The New Science [electronic resource].

By: Vico, GiambattistaContributor(s): Taylor, Jason | Miner, Robert CMaterial type: TextTextSeries: JSTOR eBooksPublisher: New Haven : Yale University Press, 2020Description: 1 online resource (480 p.)ISBN: 9780300249606; 0300249608Additional physical formats: Print version:: The New ScienceDDC classification: 195 LOC classification: B3581.P72 | E5 2020Online resources: Click here to view this ebook.
Contents:
Cover; Half Title; Title; Copyright; Contents; EDITORS' PREFACE; ACKNOWLEDGMENTS; INTRODUCTION; An Explication of the Picture Put Forward as the Frontispiece, to Serve as the Introduction to the Work; Chronological Table; Book One. On the Establishment of Principles; Annotations for the Chronological Table, in Which Is Made an Arrangement of Materials; On the Elements; On the Principles; On Method; Book Two. On Poetic Wisdom; On Wisdom in General; An Exposition and Partitioning of Poetic Wisdom; On the Universal Flood and the Giants
On Poetic Metaphysics, in Which Are Given the Origins of Poetry, Idolatry, Divination, and SacrificesCorollaries concerning the principal aspects of this science; On Poetic Logic; Corollaries concerning poetic tropes, monstrosities, and transformations; Corollaries concerning the earliest nations speaking through poetic characters; Corollaries concerning the origins of languages and letters, and therein the origins of hieroglyphics, of laws, of names, of insignia of noble houses, of medallions, and of money
And, so, the origins of the earliest language and literature of the natural law of the gentile peoplesCorollaries concerning the origins of poetic locution, digression, inversion, rhythm, song, and verse; The additional corollaries that were proposed above; Final corollaries concerning the logic of the learned; On Poetic Morals, and Therein on the Origins of the Commonplace Virtues Taught by Religion Along with Marriage; On Poetic Economics, and Therein on the Earliest Families Comprised of Children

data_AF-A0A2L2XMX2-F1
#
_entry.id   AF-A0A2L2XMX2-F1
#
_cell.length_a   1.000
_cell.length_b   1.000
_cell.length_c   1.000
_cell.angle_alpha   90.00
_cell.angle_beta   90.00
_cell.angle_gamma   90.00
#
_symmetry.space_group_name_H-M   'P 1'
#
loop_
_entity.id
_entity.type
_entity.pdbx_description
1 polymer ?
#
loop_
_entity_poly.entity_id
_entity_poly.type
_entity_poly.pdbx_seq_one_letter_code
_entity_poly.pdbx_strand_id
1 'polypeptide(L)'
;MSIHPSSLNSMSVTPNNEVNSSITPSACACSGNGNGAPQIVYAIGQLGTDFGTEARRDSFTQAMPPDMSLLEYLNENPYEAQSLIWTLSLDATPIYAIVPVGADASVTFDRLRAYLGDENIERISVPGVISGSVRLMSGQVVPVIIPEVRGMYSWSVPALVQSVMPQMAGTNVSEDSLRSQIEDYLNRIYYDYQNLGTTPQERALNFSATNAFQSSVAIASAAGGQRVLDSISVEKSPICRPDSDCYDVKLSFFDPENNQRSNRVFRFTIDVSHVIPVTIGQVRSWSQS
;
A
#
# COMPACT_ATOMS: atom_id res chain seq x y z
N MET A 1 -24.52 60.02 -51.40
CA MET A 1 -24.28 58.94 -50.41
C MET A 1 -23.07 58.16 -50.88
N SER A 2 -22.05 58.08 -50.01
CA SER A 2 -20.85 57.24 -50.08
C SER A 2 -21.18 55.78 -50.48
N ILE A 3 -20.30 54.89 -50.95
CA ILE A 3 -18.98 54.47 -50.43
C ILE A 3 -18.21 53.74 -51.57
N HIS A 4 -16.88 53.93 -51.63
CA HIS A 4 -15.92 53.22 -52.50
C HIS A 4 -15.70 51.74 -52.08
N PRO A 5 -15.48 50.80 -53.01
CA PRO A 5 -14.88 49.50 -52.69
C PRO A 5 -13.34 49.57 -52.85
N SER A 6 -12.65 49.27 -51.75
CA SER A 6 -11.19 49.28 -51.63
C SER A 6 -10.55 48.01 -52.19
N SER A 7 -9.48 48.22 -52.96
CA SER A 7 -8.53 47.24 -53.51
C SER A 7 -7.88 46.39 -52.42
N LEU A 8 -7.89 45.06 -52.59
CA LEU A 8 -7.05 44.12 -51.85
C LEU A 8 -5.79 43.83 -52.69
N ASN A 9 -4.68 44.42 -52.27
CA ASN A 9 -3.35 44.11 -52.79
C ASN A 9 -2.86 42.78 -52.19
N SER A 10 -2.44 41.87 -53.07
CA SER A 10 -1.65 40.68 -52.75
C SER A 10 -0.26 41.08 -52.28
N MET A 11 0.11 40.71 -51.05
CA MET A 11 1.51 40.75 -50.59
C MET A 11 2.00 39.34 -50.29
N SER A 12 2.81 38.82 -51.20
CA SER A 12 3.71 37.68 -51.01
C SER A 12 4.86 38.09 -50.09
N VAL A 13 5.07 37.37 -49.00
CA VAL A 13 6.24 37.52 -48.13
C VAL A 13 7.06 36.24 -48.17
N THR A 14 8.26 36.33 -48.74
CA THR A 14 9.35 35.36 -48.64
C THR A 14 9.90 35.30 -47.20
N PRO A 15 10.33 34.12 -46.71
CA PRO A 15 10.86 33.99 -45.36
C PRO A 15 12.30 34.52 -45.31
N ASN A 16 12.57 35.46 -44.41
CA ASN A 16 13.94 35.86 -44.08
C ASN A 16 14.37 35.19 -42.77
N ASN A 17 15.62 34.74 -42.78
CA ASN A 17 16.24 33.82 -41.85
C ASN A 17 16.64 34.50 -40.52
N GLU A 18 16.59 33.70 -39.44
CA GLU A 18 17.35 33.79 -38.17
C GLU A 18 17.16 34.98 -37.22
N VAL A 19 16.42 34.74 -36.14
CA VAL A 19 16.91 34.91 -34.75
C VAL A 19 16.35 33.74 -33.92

On the families comprised of familial servants prior to cities, without which it was completely impossible for cities to come into beingCorollaries concerning contracts completed by consent alone; Mythological canon; On Poetic Politics, by Which the Earliest Republics in the World Came to Be in the Strictest Aristocratic Form; All republics have come to be from certain eternal principles of fealties; On the origins of the census and the treasury; On the origins of the Roman assemblies
Corollary: It is divine providence which is the institutor of the orders of republics and, at the same time, of the natural law of the gentile peoplesHeroic politics, continued; Corollaries concerning the ancient Roman things and, in particular, the dreamed-up monarchical regime in Rome and the dreamed-up popular liberty instituted by Junius Brutus; Corollaries concerning the heroism of the earliest peoples; Epitomes of poetic history; On Poetic Physics; On the poetic physics concerning man-that is, on heroic nature; Corollary on heroic sentences; Corollary on heroic descriptions
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B3581.P72 E5 2020 (Browse shelf) https://ezproxy.uttyler.edu/login?url=https://www.jstor.org/stable/10.2307/j.ctvt1sgbh Available on1130900413